Reading: If all you’re getting from your VC is money, you’re both losing out5 min
If all you’re getting from your VC is money, you’re both losing out
European investors are now hyped up about something called ‘VC as a platform’. Investment Director Pauliina Martikainen of Maki.vc reveals what the best European VCs have to offer and how to get it from them.
© Natalya Lobanova
“As an investor, I’ve met with hundreds of founders, and there are some questions they just too rarely ask me.”
As a founder, you’re used to trying to impress VCs – working to get that warm introduction to your ideal investor, perfecting your pitch, scouring for data, scouring for even more data, all the while balancing between appearing highly confident in your vision while showcasing your coachability. And this is only the work that goes into attracting the investment in the first place.
But guess what? The tables have turned, and it’s no longer only the founders that need to work hard to impress their investors with new gimmicks. With growing volumes and alternative forms of early-stage financing available, European VC firms are increasingly focused on offering their founders a highly productized service bundle, including facilitating collaboration between their portfolio companies and an external network. VC is becoming a service industry, and the founder is the customer.
Enter VC as a Platform –
The New Hygiene Bar of European VCs
“Venture capital is a service business, and in a service business you try to measure input versus output, increasingly, because you want to get better deal flow. Because at the end of the day it’s all about what deals you are being referred to, and into what you can get in. And my view is that we are definitely moving into a little bit more service industry.” — Investor, Stockholm
So, VC as a platform. “Oh no, here we go again, – yet another buzz word from the holy grail of VC clichés” – but hang in there, as I think this one’s worth hearing out to all European startups.
VC as a platform = The services and activities that VC firms offer in addition to capital and one-on-one partner time to source new investments and support companies.
To understand the core of this platform phenomenon that every investor seems to talk about, I sat down with 15 leading European VC firms from Berlin, London, Helsinki, Stockholm and Paris to discuss how the new platform approach has affected their day to day work with startups.
So what’s new in this platform approach? The fact that platform VCs are working hard to scale the reach and impact of their value-add. When I sat down the 15 top tier investors, they described ways in which the VC firms they represent are making an effort to provide their support for portfolio companies in a more structured and productized way. Needless to say, all VCs acknowledged that an investor’s time is limited. Thus, many also spoke about expanding their help beyond the typical one-on-one relationship between the lead investor and company CEO by encouraging all founders and operators across portfolio to cooperate:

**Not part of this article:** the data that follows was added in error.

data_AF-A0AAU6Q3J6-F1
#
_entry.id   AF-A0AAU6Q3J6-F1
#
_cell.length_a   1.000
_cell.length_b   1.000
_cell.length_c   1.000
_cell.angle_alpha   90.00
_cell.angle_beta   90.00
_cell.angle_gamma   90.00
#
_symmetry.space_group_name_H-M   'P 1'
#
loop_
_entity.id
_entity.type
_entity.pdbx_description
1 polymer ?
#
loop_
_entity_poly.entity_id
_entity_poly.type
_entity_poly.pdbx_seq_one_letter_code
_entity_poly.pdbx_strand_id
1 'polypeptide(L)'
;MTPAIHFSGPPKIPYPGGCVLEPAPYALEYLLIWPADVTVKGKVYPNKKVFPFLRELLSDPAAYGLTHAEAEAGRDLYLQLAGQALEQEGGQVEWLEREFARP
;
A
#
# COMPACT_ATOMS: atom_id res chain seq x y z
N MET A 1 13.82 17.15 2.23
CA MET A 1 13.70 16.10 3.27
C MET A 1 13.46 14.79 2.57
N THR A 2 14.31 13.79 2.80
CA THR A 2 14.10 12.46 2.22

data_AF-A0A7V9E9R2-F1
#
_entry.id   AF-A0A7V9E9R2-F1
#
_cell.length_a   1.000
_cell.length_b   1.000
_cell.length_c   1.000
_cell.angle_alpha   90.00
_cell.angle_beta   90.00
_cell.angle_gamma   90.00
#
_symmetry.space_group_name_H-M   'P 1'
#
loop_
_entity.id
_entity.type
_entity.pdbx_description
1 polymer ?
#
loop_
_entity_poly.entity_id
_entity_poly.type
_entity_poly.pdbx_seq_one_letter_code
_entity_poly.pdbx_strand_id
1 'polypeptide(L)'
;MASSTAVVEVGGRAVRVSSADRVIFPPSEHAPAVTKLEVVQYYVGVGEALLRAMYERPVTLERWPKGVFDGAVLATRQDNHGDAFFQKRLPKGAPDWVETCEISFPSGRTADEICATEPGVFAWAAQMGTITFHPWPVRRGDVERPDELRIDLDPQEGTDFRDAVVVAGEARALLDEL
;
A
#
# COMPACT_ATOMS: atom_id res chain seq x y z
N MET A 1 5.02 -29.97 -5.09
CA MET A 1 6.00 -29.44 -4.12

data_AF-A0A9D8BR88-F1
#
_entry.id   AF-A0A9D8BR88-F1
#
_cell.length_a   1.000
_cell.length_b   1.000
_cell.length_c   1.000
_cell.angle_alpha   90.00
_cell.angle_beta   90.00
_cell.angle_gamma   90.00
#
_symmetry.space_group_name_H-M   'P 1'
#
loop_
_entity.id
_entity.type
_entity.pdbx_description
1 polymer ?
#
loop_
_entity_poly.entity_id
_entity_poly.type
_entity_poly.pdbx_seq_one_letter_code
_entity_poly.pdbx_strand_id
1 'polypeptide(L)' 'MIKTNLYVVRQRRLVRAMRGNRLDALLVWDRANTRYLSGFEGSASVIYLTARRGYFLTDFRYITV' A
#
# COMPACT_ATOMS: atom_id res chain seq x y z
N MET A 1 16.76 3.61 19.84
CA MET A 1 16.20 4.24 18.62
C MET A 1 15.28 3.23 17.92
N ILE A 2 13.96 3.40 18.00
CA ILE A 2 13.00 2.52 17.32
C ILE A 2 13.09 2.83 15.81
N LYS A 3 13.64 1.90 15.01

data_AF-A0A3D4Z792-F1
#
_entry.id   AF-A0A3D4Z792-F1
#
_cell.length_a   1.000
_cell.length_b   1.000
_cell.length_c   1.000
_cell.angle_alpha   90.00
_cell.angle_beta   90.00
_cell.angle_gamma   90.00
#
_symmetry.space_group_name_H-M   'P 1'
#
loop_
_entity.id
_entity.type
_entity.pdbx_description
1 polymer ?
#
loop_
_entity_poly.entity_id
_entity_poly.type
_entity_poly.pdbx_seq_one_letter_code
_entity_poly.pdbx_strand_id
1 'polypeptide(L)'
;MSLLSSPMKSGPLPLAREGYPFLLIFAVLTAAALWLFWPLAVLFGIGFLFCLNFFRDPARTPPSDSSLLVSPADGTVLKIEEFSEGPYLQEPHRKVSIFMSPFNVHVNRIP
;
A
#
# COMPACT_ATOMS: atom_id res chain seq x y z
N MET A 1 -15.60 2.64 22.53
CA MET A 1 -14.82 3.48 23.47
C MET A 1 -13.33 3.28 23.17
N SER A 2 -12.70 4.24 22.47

“We have 3–10 people in our fund that can help portfolio companies. But if we manage to involve people from all portfolio companies we suddenly have a network of hundreds of people who can be of help to each other, so the power of network kicks in.” — Investor, Stockholm
What to expect from a VC with a platform approach?
8 types of services
Based on my discussions with the VCs, the most typical services a VC platform offers companies seem to fall under eight intertwined categories: online platforms, events and workshops, peer groups, expert relationships, corporate relationships, service provides relationship, talent and other expertise as a service, and finally, content and PR.
1. Online platforms
Anything from email lists, Google Groups, and Slack channels to fully customized online platforms with detailed resources and a community of contributors to support founders.
2. Events and workshops
Can be formal or informal events such as workshops, CEO summits, and portfolio days.
3. Peer groups
These are functional or otherwise highly curated communication groups for founders to facilitate knowledge sharing around a niche topic..
4. Expert relationships
Advisors, experts, mentors – the ones who are there to lend their helping hand.
5. Corporate relationships
Strategic relations with corporates key reps can take founders a long way.
6. Service provider relationships
Rated, best in class service providers are recommended to portfolio companies, often with discounts.
7. Talent & other expertise as a service
This so-called internal consulting can be all about talent, finance, marketing, strategy, to name a few.